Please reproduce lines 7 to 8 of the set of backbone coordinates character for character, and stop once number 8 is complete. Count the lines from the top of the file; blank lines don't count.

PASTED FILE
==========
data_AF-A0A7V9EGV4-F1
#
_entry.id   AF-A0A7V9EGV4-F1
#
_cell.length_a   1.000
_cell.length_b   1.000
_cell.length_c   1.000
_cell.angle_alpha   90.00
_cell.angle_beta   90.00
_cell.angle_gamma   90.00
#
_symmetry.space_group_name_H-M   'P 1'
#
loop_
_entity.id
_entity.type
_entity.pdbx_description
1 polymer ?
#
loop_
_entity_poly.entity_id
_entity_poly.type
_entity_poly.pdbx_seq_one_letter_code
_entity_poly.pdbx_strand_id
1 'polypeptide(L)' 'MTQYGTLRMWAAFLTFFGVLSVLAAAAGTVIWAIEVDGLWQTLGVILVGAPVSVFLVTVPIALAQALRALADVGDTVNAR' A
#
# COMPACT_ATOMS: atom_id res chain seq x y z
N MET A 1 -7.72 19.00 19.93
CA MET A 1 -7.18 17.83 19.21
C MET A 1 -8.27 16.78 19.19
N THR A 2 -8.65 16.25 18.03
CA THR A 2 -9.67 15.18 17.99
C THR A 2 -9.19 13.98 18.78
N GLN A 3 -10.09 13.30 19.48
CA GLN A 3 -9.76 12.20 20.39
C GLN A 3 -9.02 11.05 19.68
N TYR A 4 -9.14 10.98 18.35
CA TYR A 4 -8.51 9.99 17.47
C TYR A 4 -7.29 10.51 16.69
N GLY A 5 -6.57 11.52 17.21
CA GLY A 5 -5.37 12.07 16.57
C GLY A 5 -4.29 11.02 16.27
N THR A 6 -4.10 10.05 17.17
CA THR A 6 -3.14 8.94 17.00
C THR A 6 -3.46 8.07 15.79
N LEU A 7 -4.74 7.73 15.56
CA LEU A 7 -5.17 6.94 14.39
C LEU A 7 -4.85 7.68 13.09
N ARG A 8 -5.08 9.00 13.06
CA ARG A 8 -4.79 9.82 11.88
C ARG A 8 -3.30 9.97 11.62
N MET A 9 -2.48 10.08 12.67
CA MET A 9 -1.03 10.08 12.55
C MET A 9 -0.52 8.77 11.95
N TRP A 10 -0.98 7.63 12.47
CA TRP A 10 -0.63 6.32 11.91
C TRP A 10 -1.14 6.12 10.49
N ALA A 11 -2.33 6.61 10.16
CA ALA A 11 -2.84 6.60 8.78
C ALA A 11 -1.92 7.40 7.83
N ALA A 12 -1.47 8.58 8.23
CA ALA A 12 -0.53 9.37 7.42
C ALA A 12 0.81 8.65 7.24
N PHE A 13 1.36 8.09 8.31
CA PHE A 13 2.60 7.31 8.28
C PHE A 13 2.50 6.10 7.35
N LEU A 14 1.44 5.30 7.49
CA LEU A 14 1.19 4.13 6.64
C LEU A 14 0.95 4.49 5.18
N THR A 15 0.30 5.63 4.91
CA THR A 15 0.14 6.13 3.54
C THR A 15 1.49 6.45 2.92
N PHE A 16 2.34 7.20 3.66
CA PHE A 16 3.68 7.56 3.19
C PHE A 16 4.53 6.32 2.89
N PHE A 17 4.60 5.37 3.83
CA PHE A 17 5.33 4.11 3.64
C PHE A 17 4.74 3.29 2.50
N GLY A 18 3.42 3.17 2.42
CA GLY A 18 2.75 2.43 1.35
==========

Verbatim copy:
_cell.length_c   1.000
_cell.angle_alpha   90.00